Despite some commentary, the number of offences committed by young people in Queensland is actually reducing.

There is, however, a cohort of about 10 per cent of offenders committing 48 per cent of the crime.

That's a big opportunity for focused change if we work together.

You'll find the front line providers have very similar ideas.

There is another myth that bail is just a revolving door and that the system is broken.

The reality is we have 230 young people in youth detention in Queensland and 80 per cent of them are on remand.

Youth Advocacy Centre chair Damien Atkinson QC.
Youth Advocacy Centre chair Damien Atkinson QC.

They didn't get bail so they are waiting for court appearances.

On the other hand there are many young people who do get bail for minor offences and who never reoffend. That's not surprising.

If you look at section 48AA of the Youth Justice Act it says a magistrate, a judge or a police officer must refuse bail if the young person is an unacceptable risk of offending and they can't mitigate that risk by conditions.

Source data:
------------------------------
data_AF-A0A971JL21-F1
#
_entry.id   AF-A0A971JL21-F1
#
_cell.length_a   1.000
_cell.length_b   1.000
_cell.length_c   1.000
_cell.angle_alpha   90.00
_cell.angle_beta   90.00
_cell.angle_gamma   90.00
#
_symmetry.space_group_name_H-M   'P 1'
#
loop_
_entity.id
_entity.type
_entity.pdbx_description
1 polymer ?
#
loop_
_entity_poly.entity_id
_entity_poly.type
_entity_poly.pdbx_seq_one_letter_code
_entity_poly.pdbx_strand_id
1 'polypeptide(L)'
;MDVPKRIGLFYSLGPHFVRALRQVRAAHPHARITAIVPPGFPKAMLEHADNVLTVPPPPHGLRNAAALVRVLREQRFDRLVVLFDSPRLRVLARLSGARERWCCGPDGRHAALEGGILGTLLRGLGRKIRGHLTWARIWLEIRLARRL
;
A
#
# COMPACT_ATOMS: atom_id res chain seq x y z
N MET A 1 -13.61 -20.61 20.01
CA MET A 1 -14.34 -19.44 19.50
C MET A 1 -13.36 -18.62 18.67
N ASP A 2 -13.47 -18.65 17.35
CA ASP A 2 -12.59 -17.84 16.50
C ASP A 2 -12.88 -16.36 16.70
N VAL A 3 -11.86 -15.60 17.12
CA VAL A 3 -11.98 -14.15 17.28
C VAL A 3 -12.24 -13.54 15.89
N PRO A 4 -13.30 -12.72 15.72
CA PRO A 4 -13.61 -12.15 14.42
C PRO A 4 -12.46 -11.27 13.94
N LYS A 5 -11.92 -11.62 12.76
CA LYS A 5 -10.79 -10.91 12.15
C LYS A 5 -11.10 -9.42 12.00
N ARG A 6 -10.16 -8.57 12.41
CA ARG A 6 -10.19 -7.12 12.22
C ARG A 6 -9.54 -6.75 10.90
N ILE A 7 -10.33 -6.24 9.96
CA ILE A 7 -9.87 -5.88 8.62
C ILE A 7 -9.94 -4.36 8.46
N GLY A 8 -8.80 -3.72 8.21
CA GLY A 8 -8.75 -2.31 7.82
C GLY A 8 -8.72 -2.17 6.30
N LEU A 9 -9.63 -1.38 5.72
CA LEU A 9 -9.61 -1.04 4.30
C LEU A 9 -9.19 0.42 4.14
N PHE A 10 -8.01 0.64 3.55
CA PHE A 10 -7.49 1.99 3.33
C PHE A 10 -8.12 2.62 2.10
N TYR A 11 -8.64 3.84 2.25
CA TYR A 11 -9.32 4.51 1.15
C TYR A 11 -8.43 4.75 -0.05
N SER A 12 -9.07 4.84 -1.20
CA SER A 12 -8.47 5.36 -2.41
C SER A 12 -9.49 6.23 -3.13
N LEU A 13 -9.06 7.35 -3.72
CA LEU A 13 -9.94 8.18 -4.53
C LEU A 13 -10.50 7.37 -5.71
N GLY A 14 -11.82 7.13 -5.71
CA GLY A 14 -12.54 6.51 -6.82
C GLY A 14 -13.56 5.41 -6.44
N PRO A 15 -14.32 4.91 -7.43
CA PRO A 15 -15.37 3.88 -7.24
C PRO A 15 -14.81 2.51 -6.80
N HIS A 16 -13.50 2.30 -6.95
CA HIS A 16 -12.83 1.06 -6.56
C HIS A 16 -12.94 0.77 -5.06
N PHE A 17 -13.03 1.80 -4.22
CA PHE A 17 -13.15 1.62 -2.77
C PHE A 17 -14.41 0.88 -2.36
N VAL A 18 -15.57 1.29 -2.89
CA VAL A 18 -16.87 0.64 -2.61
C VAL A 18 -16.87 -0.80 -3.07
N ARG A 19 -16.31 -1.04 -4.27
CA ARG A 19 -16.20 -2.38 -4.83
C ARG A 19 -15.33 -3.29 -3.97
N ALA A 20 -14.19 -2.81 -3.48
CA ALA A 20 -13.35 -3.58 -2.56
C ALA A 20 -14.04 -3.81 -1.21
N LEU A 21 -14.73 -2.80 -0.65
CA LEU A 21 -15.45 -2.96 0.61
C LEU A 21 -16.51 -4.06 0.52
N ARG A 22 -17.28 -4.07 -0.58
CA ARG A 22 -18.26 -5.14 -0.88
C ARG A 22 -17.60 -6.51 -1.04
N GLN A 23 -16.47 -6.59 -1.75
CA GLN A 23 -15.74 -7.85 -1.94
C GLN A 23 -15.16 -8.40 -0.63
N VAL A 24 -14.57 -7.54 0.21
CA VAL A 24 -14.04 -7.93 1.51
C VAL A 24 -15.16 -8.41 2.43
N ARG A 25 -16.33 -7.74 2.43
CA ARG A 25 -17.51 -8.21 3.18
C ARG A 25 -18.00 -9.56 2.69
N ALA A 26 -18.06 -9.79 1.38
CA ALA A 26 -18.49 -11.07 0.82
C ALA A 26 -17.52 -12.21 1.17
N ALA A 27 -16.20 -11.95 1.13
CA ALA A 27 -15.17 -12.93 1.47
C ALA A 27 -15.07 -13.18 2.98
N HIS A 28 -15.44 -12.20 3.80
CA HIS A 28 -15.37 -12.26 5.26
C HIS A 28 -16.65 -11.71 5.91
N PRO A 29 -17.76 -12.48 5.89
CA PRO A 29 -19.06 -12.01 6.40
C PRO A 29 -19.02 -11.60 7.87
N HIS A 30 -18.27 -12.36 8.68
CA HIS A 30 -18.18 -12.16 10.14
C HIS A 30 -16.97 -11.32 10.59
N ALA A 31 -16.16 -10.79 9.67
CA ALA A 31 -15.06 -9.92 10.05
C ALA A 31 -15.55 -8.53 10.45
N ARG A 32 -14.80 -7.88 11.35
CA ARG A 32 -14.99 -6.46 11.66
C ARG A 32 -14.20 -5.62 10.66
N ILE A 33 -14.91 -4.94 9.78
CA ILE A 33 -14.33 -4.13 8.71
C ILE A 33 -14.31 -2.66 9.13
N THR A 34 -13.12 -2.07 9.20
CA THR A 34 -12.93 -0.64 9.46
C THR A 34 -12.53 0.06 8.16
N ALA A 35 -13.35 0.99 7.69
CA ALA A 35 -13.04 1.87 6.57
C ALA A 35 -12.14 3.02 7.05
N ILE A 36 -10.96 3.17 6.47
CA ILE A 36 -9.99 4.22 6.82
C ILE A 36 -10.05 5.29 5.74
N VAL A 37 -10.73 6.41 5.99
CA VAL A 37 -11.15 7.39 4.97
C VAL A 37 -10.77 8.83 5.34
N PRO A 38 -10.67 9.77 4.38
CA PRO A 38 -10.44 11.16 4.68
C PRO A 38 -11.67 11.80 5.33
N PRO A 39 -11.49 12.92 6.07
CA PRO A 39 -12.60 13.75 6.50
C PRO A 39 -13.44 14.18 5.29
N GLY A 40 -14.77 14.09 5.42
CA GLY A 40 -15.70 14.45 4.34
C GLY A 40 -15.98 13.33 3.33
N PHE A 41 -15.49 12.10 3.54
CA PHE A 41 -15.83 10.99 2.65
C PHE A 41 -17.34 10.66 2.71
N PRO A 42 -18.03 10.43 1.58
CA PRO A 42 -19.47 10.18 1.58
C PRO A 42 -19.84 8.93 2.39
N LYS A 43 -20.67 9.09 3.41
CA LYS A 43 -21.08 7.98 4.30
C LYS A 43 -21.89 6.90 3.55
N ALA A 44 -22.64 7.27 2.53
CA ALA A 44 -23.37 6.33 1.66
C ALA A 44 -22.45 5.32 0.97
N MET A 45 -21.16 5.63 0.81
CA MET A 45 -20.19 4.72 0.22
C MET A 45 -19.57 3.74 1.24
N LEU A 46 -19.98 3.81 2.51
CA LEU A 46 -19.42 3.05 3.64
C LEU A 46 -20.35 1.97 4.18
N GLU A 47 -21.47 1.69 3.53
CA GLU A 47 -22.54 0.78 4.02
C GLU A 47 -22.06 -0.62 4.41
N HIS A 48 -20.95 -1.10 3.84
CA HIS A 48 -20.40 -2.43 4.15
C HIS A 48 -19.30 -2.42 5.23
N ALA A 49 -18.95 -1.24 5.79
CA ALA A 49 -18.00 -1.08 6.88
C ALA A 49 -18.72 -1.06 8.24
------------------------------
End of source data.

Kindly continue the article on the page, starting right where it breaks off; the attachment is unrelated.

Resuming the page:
The police and courts only grant bail if they consider its workable.

I understand the current outrage because it is a shocking event, but we don't want a knee-jerk reaction to determine how we treat young people in this state.

We have excellent, experienced police and magistrates in this state.

When they consider bail, they balance the possibility of rehabilitating the child with the interest in public safety.

Why would we tie their hands? Why would we condemn all children to remand in youth detention centres where they mix with more troubled teenagers? We all want to reduce offending but that's not the solution.

Barrister Damien Atkinson QC is the Youth Advocacy Centre chair


Originally published as Despite the outrage, youth crime is on the way down

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